It’s that point that was brought home for me when I landed in Chicago a few weeks ago and as soon as I entered the terminal at Midway Airport, I saw a sea of faces that looked a like mine. For a moment my heart rejoiced but within an hour I was reminded again not all skinfolk is kinfolk as I stood in line for the bathroom and a woman who looked like me with a cellphone had a mouth so foul and believe me when it comes to cussing I can cuss with the best of them even I was bothered. It didn’t help that when our eyes met she gave me a look that chilled me, I would love to say that was a one time event but any illusions of connecting with the sistas went out the window. When I returned to Maine, I talked to a dear sista friend of mine who left Maine in the past year to be in a more diverse area and she confirmed that she too had had some of the experiences I had in Chicago on my brief trip. My girl had left Maine seeking to reconnect with Black folks for the sake of her own sanity and for that of her kids but realistically she had not found it though in her case she was close enough to her biological family that the move was still a good one.

There are places where Black folks connect and are good to one another, yet in many urban areas that is not the case, I am sad to say. Obviously there are a myriad of reasons for why our young are hell bent on destruction but coming from Chicago and being where I am now a place that while it lacks diversity and a few other things gives me a pace of life I do like. I think for now I am going to stay where I am until the wind blows me in a new direction.

It’s Loving Day

It was on this day in 1967 that the United States Supreme Court decided a case that made it possible for folks like the Spousal Unit and I to get married. Richard and Mildred Loving, a white man and a black woman married in 1958. Unfortunately at that time there were states that still had anti-miscegnation laws on the books that made that simple act a crime. You can look up the story of their lives to get the historical background needless to say as someone who has been involved in an interracial relationship since the early 1990’s, the story of the Lovings is one I have come to know.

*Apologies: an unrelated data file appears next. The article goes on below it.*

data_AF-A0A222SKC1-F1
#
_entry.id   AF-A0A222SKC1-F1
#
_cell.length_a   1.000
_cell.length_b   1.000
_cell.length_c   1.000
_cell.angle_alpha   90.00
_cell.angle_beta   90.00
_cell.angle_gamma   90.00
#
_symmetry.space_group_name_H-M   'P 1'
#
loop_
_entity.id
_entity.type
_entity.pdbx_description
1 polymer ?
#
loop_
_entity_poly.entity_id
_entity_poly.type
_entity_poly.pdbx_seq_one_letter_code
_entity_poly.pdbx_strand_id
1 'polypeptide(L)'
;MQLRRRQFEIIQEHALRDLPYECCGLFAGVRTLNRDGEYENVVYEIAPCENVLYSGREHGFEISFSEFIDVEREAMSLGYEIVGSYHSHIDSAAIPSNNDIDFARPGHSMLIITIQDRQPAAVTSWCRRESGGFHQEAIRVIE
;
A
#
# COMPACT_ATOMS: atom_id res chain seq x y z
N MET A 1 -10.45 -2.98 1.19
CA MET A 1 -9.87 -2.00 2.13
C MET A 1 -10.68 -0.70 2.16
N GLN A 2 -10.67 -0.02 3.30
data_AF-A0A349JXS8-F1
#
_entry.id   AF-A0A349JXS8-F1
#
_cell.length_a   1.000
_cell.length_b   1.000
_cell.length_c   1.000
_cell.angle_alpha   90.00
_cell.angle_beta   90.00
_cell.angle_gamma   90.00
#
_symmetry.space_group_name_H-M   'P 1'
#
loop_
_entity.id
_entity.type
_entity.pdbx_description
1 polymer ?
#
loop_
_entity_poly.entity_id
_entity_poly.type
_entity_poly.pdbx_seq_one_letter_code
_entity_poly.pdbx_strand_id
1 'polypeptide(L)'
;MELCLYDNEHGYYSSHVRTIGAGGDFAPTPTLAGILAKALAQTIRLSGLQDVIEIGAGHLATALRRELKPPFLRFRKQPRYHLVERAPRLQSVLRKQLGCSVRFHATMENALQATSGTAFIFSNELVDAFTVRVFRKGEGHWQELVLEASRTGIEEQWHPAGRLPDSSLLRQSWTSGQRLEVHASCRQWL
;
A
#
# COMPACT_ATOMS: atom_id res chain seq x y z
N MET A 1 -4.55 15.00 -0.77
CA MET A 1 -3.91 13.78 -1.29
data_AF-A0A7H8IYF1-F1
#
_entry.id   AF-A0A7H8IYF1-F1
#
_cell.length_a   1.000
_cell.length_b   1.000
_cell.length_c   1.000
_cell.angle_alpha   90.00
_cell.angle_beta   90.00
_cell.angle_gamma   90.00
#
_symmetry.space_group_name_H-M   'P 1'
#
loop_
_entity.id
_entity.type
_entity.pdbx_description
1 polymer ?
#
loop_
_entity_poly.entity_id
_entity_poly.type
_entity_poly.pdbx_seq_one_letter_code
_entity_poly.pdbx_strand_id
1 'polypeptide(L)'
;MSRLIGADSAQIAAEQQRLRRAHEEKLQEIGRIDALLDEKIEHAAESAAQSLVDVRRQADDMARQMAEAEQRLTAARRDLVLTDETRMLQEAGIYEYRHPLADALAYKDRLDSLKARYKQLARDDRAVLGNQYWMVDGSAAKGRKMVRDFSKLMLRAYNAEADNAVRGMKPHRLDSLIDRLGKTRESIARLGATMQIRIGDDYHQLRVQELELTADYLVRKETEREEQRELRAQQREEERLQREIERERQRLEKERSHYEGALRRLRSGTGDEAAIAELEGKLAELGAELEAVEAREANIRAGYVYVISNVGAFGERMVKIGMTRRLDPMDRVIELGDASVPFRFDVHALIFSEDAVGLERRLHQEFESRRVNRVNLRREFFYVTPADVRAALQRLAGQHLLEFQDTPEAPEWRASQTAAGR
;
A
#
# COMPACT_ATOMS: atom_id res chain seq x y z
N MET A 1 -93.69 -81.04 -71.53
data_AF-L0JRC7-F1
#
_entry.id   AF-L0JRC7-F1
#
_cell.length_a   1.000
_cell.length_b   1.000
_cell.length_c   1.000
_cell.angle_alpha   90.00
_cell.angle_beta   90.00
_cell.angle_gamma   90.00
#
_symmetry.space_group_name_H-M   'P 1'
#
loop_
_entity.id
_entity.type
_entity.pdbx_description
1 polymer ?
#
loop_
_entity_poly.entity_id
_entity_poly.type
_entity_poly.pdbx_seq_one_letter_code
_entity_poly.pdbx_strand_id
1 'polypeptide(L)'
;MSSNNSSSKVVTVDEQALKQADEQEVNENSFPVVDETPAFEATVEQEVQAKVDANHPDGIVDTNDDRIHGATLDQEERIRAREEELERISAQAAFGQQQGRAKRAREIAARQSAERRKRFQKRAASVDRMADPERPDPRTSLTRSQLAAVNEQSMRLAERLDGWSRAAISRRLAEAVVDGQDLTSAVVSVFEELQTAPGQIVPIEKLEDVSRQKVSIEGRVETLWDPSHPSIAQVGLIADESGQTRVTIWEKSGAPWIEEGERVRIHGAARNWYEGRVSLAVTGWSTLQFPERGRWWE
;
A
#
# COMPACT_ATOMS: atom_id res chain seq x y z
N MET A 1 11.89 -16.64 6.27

I rarely write about my marriage and the fact that I am married interracially on this blog since after all these years, I simply see the Spousal Unit as a man who happens to be my husband and yeah he’s white. There is also the fact though I have been pretty intentional in stating that should we ever for any reason part company I most likely would never date interracially again.  Yeah, I know that sounds bad and yes the Spousal Unit is aware of my feelings lucky for him, I have no intentions to unload him anytime soon.

 However folks like myself do have a debt to the Lovings because if I thought it was hard to be married to my first husband in 1991 who was white, I can only imagine how hard it had to be back the late 1950’s. Even now there are still moments of the uncomfortable pause when folks realize we are married. Of course I will never forget when my first husband and I were married and I was pregnant with the elder boy and we were out at the old Grant Park in Chicago and a white woman came up to my then husband looked at me with disgust and said to my then husband “What white woman did you so bad….” you can fill in the blanks.

We have come a long way baby! Yet we have so much further to go when it comes to marriage equality in this country but that’s another post.

HappyLoving Day!